Bagged fortune cookie

As for the not-so-pretty cookies, I’ve slowly been eating them and can report that they taste much better than the small, stale fortune cookies I’m used to. I even did a side-by-side taste test with the cookie that came with my Pad Thai last night. Trust me on this – once you make your own (or eat one of mine) you’ll never go back to the other kind.

Tomorrow I’ll be making many more of these so I can start handing them out. I’m hopeful the other recipients will like them as much as Heather and her friends did.

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Food Bloggers Help with Menu for Hope

The food blogging community is one of the better ones to be a part of. Not just because of all the support between bloggers, which their definitely is, but because of Menu for Hope, an online auction/raffle to raise money for the UN World Food Program. Last year, Menu for Hope raised more than $90,000 to feed 19,000 children in Lesotho and helped local farmers.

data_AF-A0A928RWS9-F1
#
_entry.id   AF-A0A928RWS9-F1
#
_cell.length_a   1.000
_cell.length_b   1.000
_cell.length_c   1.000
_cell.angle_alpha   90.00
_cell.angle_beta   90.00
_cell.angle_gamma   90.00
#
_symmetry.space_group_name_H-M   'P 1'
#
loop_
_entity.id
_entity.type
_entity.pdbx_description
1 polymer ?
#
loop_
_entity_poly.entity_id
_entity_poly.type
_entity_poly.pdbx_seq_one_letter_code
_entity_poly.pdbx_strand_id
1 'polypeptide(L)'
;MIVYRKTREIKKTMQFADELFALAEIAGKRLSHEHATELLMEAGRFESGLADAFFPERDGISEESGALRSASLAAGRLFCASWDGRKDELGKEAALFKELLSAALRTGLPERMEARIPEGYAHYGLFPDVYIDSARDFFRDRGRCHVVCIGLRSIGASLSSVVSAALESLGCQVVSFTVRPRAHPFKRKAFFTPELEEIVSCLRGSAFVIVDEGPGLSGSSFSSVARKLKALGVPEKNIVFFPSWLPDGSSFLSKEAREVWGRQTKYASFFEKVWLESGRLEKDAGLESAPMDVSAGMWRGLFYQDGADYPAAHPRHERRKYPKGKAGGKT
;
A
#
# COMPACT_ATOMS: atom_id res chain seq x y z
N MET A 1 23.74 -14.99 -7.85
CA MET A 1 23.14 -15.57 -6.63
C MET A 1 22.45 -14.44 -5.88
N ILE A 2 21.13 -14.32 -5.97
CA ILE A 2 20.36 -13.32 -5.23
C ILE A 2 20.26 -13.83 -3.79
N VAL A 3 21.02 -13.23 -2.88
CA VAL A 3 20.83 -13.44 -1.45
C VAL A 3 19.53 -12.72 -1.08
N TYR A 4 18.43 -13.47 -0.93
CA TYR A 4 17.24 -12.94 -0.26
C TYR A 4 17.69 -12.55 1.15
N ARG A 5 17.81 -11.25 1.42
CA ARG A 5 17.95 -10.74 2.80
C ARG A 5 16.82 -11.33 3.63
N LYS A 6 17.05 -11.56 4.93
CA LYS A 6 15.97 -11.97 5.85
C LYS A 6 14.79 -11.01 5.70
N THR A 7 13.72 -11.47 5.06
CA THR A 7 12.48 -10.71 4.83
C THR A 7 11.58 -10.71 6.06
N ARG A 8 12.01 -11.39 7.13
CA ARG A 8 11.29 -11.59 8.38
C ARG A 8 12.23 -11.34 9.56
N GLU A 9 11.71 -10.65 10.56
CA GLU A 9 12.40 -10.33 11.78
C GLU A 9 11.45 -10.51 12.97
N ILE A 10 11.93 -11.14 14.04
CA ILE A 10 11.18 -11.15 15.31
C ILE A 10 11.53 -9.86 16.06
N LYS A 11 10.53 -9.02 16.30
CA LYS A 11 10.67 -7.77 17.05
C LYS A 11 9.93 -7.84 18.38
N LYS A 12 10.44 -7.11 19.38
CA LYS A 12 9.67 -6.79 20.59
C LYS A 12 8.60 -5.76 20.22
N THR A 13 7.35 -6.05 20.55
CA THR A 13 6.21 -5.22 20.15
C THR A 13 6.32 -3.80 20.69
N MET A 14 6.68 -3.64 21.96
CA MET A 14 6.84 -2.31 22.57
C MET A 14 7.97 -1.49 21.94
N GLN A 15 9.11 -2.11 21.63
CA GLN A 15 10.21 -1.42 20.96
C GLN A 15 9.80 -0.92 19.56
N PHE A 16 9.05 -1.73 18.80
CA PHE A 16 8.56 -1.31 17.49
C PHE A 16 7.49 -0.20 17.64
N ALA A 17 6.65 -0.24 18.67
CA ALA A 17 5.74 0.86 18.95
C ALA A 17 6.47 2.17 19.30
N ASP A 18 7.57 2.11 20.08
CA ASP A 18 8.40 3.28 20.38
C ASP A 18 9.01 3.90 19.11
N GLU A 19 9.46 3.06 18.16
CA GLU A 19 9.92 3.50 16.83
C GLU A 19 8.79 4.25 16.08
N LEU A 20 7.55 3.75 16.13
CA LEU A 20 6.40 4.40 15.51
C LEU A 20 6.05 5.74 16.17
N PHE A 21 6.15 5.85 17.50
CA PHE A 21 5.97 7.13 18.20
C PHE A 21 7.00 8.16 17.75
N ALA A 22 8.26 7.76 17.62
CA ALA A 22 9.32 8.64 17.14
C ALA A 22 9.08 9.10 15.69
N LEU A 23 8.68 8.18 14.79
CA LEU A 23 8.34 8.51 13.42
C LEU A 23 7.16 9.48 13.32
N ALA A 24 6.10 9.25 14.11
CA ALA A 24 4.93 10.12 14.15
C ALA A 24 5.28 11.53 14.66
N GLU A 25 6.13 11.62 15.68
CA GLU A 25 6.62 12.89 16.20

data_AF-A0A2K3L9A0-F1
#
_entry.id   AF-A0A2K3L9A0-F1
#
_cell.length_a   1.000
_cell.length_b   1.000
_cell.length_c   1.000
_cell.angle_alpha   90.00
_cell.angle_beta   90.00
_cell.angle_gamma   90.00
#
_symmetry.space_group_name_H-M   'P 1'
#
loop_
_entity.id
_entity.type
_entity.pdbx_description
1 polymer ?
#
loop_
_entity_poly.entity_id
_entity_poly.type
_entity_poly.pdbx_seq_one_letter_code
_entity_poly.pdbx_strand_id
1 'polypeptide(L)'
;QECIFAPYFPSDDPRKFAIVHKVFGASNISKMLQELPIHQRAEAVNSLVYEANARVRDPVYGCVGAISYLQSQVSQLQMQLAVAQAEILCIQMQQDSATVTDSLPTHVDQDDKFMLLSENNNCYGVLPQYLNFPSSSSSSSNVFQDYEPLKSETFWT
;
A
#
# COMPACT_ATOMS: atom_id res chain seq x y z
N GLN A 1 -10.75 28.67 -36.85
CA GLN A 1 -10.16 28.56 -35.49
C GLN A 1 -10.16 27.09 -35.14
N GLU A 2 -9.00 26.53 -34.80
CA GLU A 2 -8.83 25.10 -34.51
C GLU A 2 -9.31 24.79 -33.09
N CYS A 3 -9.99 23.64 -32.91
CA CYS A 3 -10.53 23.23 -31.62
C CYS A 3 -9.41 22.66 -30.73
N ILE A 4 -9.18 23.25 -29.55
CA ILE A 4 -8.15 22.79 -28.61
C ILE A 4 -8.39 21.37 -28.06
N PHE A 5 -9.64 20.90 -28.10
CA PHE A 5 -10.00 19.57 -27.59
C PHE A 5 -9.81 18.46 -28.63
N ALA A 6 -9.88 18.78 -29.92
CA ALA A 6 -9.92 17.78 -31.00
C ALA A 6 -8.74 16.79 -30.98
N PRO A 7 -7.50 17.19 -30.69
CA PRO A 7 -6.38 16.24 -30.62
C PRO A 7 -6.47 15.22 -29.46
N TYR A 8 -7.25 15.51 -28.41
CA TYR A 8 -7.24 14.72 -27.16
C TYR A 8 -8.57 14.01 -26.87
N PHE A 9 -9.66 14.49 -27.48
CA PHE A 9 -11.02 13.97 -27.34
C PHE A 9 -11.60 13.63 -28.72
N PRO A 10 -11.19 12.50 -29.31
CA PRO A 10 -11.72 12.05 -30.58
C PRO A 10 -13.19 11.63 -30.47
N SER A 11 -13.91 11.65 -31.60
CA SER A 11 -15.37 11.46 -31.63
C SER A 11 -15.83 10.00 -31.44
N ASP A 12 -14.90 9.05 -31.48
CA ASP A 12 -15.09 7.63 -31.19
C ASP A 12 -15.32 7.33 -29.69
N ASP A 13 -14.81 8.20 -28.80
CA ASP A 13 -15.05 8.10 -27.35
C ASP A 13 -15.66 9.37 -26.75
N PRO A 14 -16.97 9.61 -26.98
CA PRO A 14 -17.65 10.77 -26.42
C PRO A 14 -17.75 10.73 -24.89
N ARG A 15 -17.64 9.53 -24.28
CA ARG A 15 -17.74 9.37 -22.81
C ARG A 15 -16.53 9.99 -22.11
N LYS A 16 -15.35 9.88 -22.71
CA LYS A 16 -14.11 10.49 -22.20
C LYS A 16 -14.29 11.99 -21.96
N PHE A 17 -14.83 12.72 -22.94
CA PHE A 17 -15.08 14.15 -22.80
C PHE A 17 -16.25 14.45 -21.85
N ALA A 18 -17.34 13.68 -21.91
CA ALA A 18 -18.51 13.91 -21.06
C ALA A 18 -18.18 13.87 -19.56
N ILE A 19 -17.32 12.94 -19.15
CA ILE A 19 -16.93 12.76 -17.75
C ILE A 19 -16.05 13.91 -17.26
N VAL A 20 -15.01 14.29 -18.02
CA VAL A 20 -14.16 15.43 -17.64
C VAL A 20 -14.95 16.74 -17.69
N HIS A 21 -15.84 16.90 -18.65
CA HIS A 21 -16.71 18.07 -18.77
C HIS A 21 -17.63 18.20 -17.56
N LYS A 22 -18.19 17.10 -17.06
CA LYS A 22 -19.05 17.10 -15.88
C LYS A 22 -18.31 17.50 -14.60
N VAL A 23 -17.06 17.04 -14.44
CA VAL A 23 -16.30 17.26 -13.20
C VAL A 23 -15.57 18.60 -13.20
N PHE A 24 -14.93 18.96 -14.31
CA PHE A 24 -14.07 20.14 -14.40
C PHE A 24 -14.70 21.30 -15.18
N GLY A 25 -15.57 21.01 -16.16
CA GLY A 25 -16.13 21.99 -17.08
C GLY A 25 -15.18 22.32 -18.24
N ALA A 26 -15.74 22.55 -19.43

There are just three days left to buy raffle tickets – Menu for Hope V ends Dec. 24! For more information or to buy raffle tickets, please go to www.chezpim.com.

Sadly, I didn’t get on board early enough to take part this year but rest assured I’ll be in on it in 2009. In the meantime, please support this cause through any of the many bloggers taking part!

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Rocky Mountain Toast By Any Other Name

Rocky Mountain Toast

I remember my dad cooking just two dishes, ever (cereal doesn’t count). Both were for breakfast and both used eggs: scrambled eggs with cinnamon and rocky mountain toast. The scrambled eggs were fine, but it was the rocky mountain toast I really liked. And the only way to convince him to make it for me by promising to do all the kitchen clean-up. It was worth it.